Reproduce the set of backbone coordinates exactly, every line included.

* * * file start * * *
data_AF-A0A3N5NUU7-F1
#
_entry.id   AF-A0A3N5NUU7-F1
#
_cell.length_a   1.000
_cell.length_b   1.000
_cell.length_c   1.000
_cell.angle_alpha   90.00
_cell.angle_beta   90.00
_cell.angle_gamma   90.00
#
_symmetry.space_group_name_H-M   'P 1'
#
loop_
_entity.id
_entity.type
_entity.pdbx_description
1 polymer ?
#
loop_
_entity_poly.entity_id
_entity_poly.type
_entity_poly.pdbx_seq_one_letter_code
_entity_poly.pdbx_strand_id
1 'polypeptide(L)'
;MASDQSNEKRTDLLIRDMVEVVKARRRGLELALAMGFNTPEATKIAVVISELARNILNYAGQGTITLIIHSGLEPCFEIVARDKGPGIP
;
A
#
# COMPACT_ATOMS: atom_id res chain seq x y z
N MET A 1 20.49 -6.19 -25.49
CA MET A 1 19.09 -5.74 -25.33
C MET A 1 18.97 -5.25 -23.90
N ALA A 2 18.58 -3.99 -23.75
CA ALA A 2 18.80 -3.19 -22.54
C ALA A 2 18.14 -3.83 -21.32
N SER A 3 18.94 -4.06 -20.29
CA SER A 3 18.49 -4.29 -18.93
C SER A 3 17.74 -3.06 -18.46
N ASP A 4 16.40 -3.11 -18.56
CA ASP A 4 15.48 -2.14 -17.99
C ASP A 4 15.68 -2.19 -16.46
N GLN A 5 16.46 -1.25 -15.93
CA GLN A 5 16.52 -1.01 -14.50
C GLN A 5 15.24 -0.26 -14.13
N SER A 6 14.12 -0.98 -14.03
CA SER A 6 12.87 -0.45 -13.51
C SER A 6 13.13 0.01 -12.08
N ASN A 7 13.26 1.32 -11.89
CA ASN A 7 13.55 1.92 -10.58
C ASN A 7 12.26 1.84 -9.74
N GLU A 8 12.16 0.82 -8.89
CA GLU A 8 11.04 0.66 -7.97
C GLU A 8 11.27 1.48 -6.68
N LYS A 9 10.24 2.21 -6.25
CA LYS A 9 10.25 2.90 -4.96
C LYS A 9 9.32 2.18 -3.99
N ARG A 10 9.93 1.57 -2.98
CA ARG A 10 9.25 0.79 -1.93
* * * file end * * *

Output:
data_AF-A0A3N5NUU7-F1
#
_entry.id   AF-A0A3N5NUU7-F1
#
_cell.length_a   1.000
_cell.length_b   1.000
_cell.length_c   1.000
_cell.angle_alpha   90.00
_cell.angle_beta   90.00
_cell.angle_gamma   90.00
#
_symmetry.space_group_name_H-M   'P 1'
#
loop_
_entity.id
_entity.type
_entity.pdbx_description
1 polymer ?
#
loop_
_entity_poly.entity_id
_entity_poly.type
_entity_poly.pdbx_seq_one_letter_code
_entity_poly.pdbx_strand_id
1 'polypeptide(L)'
;MASDQSNEKRTDLLIRDMVEVVKARRRGLELALAMGFNTPEATKIAVVISELARNILNYAGQGTITLIIHSGLEPCFEIVARDKGPGIP
;
A
#
# COMPACT_ATOMS: atom_id res chain seq x y z
N MET A 1 20.49 -6.19 -25.49
CA MET A 1 19.09 -5.74 -25.33
C MET A 1 18.97 -5.25 -23.90
N ALA A 2 18.58 -3.99 -23.75
CA ALA A 2 18.80 -3.19 -22.54
C ALA A 2 18.14 -3.83 -21.32
N SER A 3 18.94 -4.06 -20.29
CA SER A 3 18.49 -4.29 -18.93
C SER A 3 17.74 -3.06 -18.46
N ASP A 4 16.40 -3.11 -18.56
CA ASP A 4 15.48 -2.14 -17.99
C ASP A 4 15.68 -2.19 -16.46
N GLN A 5 16.46 -1.25 -15.93
CA GLN A 5 16.52 -1.01 -14.50
C GLN A 5 15.24 -0.26 -14.13
N SER A 6 14.12 -0.98 -14.03
CA SER A 6 12.87 -0.45 -13.51
C SER A 6 13.13 0.01 -12.08
N ASN A 7 13.26 1.32 -11.89
CA ASN A 7 13.55 1.92 -10.58
C ASN A 7 12.26 1.84 -9.74
N GLU A 8 12.16 0.82 -8.89
CA GLU A 8 11.04 0.66 -7.97
C GLU A 8 11.27 1.48 -6.68
N LYS A 9 10.24 2.21 -6.25
CA LYS A 9 10.25 2.90 -4.96
C LYS A 9 9.32 2.18 -3.99
N ARG A 10 9.93 1.57 -2.98
CA ARG A 10 9.25 0.79 -1.93